Magazine article Business Credit

Trade Finance Transactions Head in an "Easier Direction" at FCIB Roundtable

Magazine article Business Credit

Trade Finance Transactions Head in an "Easier Direction" at FCIB Roundtable

Article excerpt

Trends in dispute resolution between exporters and their international buyers seem to suggest that the entire process is in the middle of a shift toward the informal. Emerging markets are where the opportunities are, and so exports continue to flow to these countries. However, their legal systems remain far less sophisticated than those in the United States or European Union. As such, alternatives to resolving a dispute in court have become increasingly popular among international business partners.

"I don't think arbitration is as efficient as it used to be, but I think we're moving away from litigation to arbitration," said Robert Brown, an attorney with Greenebaum Doll & McDonald PLLC, at the March FCIB New York Roundtable, hosted at the offices of Lowenstein Sandler LLR "I think trade is always moving in that direction, toward easier transactions."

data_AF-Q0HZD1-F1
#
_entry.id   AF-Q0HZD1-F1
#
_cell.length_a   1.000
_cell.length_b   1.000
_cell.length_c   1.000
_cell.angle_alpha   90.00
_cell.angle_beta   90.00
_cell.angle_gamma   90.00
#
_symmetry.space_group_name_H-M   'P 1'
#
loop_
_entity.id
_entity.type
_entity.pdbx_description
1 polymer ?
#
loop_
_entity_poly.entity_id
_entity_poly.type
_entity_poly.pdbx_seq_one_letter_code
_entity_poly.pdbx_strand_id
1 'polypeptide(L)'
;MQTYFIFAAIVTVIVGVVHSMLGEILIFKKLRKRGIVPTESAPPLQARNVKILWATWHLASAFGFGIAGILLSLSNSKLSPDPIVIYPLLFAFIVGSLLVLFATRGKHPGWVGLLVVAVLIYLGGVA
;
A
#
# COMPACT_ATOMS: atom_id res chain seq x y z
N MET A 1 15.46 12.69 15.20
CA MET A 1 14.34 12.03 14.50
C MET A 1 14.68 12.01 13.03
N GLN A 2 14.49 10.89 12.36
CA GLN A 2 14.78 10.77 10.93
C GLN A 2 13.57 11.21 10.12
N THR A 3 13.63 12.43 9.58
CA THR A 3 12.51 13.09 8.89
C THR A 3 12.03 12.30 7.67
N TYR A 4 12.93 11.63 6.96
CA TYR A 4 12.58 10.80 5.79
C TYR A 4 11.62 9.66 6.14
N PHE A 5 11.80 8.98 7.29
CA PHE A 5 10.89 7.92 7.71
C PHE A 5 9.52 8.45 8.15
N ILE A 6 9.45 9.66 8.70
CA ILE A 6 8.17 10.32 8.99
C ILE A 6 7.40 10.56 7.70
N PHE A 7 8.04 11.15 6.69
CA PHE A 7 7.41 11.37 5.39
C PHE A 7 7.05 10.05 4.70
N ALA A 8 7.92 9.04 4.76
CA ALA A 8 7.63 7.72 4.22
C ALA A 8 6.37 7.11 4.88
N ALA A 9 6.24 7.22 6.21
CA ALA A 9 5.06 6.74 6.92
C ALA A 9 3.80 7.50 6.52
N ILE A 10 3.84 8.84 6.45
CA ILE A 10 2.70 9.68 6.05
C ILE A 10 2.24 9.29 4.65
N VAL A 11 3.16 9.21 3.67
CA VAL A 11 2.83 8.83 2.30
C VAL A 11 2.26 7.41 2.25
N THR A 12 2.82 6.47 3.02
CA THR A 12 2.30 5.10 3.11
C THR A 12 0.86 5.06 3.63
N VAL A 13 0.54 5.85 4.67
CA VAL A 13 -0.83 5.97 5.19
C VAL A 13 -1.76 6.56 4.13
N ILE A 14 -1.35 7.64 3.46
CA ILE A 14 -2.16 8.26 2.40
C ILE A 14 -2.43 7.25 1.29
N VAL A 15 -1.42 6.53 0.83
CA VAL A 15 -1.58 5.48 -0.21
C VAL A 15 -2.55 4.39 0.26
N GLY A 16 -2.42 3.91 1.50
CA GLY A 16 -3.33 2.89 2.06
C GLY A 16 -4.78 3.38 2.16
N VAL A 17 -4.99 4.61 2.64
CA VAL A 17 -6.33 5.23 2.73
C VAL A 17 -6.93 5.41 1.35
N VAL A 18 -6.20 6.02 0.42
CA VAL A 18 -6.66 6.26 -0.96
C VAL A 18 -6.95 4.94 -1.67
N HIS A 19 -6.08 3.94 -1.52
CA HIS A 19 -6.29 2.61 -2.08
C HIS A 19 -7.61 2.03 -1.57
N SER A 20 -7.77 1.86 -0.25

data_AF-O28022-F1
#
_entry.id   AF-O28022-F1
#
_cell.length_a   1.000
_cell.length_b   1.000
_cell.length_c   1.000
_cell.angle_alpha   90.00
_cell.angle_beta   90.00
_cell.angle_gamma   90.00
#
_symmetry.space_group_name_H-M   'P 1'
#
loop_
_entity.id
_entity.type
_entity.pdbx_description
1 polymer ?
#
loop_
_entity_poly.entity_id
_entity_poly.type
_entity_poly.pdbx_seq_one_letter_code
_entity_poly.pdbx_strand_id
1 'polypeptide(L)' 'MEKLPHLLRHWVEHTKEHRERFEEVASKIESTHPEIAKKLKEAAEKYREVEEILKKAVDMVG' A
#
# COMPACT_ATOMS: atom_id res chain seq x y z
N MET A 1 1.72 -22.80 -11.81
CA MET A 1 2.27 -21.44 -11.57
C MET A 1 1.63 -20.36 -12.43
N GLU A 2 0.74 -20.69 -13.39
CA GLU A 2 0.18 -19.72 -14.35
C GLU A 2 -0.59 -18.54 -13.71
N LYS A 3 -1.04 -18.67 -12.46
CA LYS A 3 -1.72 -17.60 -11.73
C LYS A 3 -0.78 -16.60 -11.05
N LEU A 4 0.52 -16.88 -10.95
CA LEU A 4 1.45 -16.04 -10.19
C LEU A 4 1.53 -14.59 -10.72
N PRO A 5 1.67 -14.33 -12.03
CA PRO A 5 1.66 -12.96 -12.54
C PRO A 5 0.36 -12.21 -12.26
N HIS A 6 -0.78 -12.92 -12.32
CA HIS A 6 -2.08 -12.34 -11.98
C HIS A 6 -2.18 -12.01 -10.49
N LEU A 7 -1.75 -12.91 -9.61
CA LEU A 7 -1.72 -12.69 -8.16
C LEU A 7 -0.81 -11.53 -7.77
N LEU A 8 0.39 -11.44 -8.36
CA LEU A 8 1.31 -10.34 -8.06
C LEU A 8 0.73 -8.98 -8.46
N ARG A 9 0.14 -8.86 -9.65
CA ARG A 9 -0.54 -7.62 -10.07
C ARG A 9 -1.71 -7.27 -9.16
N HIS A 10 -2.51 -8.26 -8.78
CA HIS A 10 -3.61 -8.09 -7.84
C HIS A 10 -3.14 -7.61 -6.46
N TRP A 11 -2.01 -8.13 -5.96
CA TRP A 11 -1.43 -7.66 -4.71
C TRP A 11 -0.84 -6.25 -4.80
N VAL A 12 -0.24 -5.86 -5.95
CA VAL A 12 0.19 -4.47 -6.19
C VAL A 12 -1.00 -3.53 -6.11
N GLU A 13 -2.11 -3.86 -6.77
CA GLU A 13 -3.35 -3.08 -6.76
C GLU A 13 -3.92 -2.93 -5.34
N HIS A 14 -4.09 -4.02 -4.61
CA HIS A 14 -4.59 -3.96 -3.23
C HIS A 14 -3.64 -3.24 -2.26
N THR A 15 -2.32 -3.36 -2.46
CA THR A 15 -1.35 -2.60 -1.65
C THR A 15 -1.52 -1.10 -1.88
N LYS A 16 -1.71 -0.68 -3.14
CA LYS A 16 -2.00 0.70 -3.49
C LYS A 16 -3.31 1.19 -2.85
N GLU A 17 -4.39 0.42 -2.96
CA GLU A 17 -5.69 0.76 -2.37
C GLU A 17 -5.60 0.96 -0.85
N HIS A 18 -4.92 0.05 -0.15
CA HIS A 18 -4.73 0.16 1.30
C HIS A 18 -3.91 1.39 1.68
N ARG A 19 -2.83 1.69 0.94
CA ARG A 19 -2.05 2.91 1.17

Brown made this observation while discussing dispute resolution, but it informed the entire roundtable program. Exporters are looking for ways to make their trade finance transactions simpler, safer, faster and more profitable, and they found them in the roundtable's exchange of executive-level insights and cuttingedge glimpses into the latest developments affecting trade financial instruments, regulatory compliance and export support.

After opening with a networking luncheon and a comprehensive, exporter-sensitive economic outlook from Carolyne Spackman, vice president and economist, country risk with American International Group, Inc. (AIG), the roundtable's central panel, moderated by Osterman & Company, Inc. Credit Manager Aysegul Budak, ICCE and titled "Current Issues Impacting Trade Credit," tackled a host of prescient topics.

In addition to discussing international dispute resolution, Brown also delved into the intricacies of the Foreign Corrupt Practices Act (FCPA) and US anti-money laundering regulations, warning attendees to remain vigilant or face the steep fines, or even possible jail time, for non-compliance. …

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